Washington: Amidst tensions in bilateral ties, the US Congress has passed a defence spending bill capping its security-related aid to Pakistan at USD 150 million, significantly below the historic level of more than USD one billion per year.
The National Defense Authorisation Act-2019 (NDAA-19), however, removes certain conditions like action against Haqqani Network as was the case in the past few years for disbursement of US aid to Pakistan.
The Senate passed the conference report on NDAA-19 by 87 to 10 votes yesterday afternoon. The House of Representatives had passed the conference report last week. It now heads to the White House for President Donald Trump’s assent.
“The legislation reduces the total amount of funds provided for reimbursement to Pakistan to USD 150 million. This is a significant reduction from the USD 700 million that was authorised through Coalition Support Fund (CSF) last year,” Anish Goel, who was part of Barack Obama’s White House National Security Council, told PTI.
However, in doing so, the legislation gets rid of the certification requirements for Pakistan’s action against the Haqqani Network and it also gets rid of the authority to reimburse Pakistan for counter-terrorism, he said.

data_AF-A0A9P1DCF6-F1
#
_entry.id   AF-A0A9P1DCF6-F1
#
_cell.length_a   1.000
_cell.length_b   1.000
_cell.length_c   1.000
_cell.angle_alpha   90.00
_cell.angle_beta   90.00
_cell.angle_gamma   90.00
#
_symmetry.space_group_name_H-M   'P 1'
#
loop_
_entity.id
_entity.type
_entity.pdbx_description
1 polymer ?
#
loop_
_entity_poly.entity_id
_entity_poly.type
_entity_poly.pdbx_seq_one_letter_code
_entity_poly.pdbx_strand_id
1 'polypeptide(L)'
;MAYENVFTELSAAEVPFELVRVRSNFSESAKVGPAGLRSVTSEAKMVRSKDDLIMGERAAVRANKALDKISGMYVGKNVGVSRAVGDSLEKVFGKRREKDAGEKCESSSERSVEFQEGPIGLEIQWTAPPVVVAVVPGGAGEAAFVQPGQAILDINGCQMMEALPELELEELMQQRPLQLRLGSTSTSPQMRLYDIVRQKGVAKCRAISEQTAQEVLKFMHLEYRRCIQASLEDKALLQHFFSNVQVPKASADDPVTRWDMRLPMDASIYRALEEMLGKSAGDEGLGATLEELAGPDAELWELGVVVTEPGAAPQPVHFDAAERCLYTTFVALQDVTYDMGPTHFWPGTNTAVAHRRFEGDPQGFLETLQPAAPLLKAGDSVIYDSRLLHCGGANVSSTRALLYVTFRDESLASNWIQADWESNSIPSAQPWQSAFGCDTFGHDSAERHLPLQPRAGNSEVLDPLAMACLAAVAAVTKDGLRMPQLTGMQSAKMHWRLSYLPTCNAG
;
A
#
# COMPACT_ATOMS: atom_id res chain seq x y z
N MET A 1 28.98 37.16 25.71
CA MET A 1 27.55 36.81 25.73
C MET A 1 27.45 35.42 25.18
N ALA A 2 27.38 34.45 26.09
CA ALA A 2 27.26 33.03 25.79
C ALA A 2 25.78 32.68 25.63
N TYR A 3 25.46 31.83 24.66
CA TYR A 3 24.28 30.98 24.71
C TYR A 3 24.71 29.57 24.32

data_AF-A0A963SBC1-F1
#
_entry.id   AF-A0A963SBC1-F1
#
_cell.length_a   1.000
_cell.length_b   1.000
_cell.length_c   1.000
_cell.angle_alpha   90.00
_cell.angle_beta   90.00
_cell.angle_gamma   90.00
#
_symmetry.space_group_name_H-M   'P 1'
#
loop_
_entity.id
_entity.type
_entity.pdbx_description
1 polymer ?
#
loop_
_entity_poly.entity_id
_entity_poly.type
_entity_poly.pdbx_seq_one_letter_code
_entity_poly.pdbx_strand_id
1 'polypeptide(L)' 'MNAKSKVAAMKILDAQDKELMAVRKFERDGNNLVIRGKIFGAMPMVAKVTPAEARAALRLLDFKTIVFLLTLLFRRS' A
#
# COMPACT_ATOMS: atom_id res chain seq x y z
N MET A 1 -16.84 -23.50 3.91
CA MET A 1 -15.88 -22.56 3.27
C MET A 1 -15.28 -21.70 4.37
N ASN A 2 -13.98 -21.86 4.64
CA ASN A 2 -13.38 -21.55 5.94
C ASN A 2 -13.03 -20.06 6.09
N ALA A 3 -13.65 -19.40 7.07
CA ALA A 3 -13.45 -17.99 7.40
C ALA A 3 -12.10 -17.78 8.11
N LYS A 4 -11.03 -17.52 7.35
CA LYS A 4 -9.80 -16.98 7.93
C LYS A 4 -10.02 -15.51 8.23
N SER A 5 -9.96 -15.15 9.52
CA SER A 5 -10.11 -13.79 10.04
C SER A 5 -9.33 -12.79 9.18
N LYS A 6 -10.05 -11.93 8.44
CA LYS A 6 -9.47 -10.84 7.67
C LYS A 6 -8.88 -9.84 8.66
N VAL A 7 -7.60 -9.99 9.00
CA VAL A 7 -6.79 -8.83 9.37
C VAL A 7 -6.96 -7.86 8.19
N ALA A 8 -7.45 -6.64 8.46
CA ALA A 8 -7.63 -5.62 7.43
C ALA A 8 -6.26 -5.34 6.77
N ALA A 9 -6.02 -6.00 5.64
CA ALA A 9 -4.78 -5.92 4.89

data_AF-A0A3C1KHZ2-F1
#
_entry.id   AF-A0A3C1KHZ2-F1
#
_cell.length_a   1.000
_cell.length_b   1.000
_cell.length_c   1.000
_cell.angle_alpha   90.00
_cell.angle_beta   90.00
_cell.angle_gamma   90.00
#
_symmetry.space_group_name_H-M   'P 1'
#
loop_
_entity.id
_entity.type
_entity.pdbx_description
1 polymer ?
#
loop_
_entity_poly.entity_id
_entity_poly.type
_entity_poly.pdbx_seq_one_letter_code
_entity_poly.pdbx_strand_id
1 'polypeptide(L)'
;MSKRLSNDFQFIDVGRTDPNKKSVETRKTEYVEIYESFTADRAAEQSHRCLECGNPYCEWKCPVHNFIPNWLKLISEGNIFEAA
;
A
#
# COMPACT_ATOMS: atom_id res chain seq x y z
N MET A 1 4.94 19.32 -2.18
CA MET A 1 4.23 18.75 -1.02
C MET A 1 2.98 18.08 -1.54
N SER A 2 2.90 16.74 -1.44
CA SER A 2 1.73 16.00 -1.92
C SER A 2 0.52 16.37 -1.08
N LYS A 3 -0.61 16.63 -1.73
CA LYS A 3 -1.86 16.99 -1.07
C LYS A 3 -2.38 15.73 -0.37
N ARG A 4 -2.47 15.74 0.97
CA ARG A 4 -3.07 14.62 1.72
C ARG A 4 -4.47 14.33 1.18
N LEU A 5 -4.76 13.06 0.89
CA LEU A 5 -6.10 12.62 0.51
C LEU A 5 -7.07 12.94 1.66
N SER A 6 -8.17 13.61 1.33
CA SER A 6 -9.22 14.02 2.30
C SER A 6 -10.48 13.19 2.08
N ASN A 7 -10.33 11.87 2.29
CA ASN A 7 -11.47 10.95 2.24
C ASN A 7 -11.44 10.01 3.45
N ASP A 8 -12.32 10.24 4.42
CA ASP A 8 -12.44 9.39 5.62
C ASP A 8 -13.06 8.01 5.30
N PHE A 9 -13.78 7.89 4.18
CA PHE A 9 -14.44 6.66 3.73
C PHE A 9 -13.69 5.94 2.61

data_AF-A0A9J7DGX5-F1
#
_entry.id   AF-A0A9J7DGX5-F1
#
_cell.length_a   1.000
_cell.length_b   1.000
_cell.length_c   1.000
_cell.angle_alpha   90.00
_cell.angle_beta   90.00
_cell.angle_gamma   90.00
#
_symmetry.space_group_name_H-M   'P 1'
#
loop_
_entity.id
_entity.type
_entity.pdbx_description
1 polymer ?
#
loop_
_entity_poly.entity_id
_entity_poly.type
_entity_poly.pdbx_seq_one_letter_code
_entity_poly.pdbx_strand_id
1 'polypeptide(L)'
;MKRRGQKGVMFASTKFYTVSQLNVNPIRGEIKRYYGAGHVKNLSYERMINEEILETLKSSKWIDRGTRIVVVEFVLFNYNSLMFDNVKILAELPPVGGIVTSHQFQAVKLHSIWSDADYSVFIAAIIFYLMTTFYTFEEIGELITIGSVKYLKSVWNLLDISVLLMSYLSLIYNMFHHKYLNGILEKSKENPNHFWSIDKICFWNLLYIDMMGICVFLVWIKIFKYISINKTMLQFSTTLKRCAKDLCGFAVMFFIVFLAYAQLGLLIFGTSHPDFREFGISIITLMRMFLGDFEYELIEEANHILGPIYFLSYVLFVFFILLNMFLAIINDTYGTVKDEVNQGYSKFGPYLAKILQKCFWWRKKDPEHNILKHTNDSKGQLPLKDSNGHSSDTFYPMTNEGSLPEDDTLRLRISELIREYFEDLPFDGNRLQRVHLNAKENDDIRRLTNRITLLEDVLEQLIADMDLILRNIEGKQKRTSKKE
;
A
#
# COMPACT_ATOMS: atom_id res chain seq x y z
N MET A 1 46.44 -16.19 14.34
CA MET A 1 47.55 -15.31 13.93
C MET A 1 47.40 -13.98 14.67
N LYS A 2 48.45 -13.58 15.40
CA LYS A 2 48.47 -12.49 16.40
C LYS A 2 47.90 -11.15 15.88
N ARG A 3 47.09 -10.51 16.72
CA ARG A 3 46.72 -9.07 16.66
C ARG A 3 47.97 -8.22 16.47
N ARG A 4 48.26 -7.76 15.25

“Hence, the Pentagon no longer has any tools to put pressure on Pakistan to undertake counter-terrorism activities or action against the Haqqani Network,” Goel, who till recently was a senior staffer in the Senate Armed Services Committee, said.
During the previous Obama administration, Pakistan used to get nearly 1.2 billion aid from the US under the Enhanced Partnership with Pakistan Act of 2009 also known as the Kerry-Lugar-Berman Act.
US President Donald Trump since assuming office has been tough on Pakistan over its inaction against terror groups. Trump in August last year unveiled his new South Asia policy and asked Pakistan to do more against such groups. PTI